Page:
Big Bones is the first book i’ve read from Laura Dockrill. I’ve heard a lot about her work and wanted to read something by her for a long time. When Big Bones was released i thought this would be my perfect introduction in to her work. I was not wrong at all.
Big Bones is the story of Bluebell, BB or Blue if you will. She’s a teenager, she wants to quit school, and she’s fat. It seems a little contemporary doesn’t it? It’s not. The one thing i was a little wary about this book being was cliche, and it’s so far from that. Bluebell is sixteen and has just done her GCSE’s. She doesn’t want to go to college, she wants an apprenticeship and she wants to live in the real world. First of all, i don’t think there are enough books that focus on teenagers like Bluebell. As the age for staying in education has highers, there’s such little light shone on those sixteen years olds that want to move away from education. This was a really great insight in to someone who isn’t necessarily bad in school, she did okay, but just wants to live in the real world. Honestly Bluebell is extremely average, and i loved that.
The rest of the characters in Big Bones were pretty average too, and that’s what worked. Her family is made up of her sister, mother and father who i’m going to suggest are a very rocky relationship from the amount of moving in and out her father does. There was one scene in particular in this story where her mother became a real mother for me. She acted as a mother that anyone could relate to, and i loved it.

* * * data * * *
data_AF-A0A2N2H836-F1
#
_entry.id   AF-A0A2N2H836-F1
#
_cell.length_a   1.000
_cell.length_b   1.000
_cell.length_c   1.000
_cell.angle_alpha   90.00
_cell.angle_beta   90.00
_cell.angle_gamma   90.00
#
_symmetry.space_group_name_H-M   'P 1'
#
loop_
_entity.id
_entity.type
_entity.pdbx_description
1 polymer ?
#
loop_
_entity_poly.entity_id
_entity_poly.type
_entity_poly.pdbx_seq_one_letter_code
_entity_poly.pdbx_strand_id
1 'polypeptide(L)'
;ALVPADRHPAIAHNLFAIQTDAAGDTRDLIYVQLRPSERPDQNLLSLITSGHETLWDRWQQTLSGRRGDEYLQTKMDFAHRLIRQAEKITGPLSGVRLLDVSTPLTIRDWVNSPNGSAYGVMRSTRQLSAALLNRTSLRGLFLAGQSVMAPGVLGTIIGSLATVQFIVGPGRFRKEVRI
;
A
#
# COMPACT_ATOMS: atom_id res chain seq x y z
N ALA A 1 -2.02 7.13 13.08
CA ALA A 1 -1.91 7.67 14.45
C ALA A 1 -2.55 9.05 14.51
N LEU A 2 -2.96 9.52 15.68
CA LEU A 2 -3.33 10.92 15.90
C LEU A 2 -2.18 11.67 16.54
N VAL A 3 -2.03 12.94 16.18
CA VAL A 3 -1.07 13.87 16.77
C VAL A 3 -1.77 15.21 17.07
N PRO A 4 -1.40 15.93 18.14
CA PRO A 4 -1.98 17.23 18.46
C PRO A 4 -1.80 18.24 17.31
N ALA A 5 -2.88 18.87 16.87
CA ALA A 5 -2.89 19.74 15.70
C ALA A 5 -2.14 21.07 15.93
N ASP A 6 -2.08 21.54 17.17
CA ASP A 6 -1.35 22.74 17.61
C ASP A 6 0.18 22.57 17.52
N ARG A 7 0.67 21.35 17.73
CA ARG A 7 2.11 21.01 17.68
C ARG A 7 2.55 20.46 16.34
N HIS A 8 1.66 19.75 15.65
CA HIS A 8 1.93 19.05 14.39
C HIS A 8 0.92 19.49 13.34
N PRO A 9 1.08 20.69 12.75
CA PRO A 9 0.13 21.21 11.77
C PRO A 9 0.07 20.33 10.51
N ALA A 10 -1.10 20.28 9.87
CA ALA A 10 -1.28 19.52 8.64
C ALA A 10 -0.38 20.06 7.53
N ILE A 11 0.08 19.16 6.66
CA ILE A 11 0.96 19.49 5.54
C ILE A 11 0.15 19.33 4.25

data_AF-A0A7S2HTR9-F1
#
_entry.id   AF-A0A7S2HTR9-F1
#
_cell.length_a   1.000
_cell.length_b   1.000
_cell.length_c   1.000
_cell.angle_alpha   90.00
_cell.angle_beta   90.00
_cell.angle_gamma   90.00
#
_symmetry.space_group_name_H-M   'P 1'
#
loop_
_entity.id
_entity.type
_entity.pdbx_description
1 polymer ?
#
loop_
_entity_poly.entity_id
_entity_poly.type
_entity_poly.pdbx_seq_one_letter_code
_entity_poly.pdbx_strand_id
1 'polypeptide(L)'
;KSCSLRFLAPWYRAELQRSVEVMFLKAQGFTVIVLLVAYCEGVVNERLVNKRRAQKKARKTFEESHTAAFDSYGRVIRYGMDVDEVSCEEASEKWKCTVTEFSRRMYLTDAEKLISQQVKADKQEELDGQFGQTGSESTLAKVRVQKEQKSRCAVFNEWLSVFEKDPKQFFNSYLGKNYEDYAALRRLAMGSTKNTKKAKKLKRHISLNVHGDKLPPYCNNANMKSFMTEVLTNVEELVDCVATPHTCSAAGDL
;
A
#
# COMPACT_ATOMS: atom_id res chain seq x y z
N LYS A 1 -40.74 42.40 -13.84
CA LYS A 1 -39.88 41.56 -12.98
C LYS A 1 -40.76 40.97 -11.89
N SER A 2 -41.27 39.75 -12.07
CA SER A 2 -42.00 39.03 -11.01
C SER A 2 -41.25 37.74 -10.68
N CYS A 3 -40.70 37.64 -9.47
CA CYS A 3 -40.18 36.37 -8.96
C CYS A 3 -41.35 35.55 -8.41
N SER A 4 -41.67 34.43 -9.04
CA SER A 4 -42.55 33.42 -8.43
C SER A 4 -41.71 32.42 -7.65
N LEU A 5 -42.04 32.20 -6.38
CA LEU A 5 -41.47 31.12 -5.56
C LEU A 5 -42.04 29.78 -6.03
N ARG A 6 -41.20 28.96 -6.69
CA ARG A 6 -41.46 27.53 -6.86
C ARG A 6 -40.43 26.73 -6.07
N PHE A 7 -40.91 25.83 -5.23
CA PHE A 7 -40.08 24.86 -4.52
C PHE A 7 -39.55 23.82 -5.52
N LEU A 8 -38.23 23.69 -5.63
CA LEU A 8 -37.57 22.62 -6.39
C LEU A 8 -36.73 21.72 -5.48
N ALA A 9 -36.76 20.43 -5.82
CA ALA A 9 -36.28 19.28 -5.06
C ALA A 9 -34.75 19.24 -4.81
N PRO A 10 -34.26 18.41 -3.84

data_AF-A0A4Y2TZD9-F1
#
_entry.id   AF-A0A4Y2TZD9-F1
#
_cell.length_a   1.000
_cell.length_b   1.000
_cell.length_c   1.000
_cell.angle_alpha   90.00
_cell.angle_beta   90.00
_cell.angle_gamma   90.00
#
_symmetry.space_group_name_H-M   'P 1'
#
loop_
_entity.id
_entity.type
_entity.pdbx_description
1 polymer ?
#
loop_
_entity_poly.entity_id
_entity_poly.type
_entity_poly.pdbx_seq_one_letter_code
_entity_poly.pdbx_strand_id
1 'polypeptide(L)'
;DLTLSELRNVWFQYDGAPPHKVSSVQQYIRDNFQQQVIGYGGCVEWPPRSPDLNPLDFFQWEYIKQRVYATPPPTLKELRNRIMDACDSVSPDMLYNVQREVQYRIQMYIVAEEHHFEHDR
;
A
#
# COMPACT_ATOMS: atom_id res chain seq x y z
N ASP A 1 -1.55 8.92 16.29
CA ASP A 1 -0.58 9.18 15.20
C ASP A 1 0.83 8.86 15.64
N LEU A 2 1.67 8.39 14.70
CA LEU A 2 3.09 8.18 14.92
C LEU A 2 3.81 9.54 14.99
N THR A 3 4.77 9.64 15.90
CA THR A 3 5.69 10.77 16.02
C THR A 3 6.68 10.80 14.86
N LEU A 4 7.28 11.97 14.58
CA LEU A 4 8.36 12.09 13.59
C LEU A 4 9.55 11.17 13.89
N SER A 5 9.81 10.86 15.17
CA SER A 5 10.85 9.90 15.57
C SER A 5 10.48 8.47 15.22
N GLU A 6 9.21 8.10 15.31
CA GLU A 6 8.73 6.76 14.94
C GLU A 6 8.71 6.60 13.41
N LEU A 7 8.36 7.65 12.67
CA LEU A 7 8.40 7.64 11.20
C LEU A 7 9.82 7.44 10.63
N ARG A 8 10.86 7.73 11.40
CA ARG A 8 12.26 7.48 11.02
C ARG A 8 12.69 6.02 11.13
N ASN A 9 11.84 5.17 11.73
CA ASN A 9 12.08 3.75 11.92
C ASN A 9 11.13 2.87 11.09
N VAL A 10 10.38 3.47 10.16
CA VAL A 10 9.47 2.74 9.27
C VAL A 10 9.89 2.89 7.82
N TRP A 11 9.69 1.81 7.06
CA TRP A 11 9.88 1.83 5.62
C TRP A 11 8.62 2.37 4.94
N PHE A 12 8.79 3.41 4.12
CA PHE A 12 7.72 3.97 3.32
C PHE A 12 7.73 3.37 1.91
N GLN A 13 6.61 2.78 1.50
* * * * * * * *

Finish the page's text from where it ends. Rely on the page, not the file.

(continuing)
As you can imagine from the cover, the main focus of this book is food. Bluebell is overweight and it’s said right from the start that the focus of the book is going to be getting her to lose weight. She is given a food diary by the doctor to complete and also has to join in gym in a deal with her mum. I related to teenage Bluebell so much in these aspects. As a very overweight teenager myself, the odd chapter where Bluebell would just describe some kind of food, honestly spoke to me on a spiritual level (i was actually reading this on a three hour train journey and i was so hungry by the end of it!). These chapters gave the reader an idea of what makes Bluebell tick, and i loved that. It captures the addiction of eating in a very real way. Even though it feels as though Bluebell herself does not have an addiction.
Big Bones also deals well with the mental health issues that come from overeating and being overweight. A lot of my insecurities from my teenagerhood came from food, and some still do, however Bluebell is extremely confident (something i wasn’t) and she adores herself, which is great to read. However there are comments to her being wary people are looking at her and judging her and a little bit of paranoia. That was a really great touch that normalizes those thoughts but also shows that you can be confident and happy with yourself.
I could probably gush about this book continuously and go on and on but i’ll leave it here. I didn’t expect to love this book as much as i did, and love the characters as much as i did. And hurrah for a YA book where the love interest takes a huge back seat! I cannot wait to meet Laura at YALC this year after reading this book.